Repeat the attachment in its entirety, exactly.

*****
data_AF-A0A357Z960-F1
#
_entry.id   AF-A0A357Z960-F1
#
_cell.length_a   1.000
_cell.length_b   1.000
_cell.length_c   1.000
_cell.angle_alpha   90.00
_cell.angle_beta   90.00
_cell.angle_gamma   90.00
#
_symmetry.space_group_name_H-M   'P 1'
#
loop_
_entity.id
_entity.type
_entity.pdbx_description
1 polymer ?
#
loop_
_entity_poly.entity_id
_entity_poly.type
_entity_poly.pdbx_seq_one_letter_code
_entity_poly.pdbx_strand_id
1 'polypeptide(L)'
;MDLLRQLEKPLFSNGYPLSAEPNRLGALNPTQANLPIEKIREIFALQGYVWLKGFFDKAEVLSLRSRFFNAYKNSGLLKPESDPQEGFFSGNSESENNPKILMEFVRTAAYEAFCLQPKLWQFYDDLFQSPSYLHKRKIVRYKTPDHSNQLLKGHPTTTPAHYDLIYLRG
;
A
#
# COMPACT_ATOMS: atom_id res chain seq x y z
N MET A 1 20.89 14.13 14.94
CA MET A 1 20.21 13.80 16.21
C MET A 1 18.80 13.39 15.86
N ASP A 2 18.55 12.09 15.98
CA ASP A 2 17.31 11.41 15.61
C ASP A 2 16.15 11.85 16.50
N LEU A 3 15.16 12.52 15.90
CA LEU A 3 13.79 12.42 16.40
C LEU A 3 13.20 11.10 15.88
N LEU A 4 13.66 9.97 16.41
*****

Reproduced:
data_AF-A0A357Z960-F1
#
_entry.id   AF-A0A357Z960-F1
#
_cell.length_a   1.000
_cell.length_b   1.000
_cell.length_c   1.000
_cell.angle_alpha   90.00
_cell.angle_beta   90.00
_cell.angle_gamma   90.00
#
_symmetry.space_group_name_H-M   'P 1'
#
loop_
_entity.id
_entity.type
_entity.pdbx_description
1 polymer ?
#
loop_
_entity_poly.entity_id
_entity_poly.type
_entity_poly.pdbx_seq_one_letter_code
_entity_poly.pdbx_strand_id
1 'polypeptide(L)'
;MDLLRQLEKPLFSNGYPLSAEPNRLGALNPTQANLPIEKIREIFALQGYVWLKGFFDKAEVLSLRSRFFNAYKNSGLLKPESDPQEGFFSGNSESENNPKILMEFVRTAAYEAFCLQPKLWQFYDDLFQSPSYLHKRKIVRYKTPDHSNQLLKGHPTTTPAHYDLIYLRG
;
A
#
# COMPACT_ATOMS: atom_id res chain seq x y z
N MET A 1 20.89 14.13 14.94
CA MET A 1 20.21 13.80 16.21
C MET A 1 18.80 13.39 15.86
N ASP A 2 18.55 12.09 15.98
CA ASP A 2 17.31 11.41 15.61
C ASP A 2 16.15 11.85 16.50
N LEU A 3 15.16 12.52 15.90
CA LEU A 3 13.79 12.42 16.40
C LEU A 3 13.20 11.10 15.88
N LEU A 4 13.66 9.97 16.41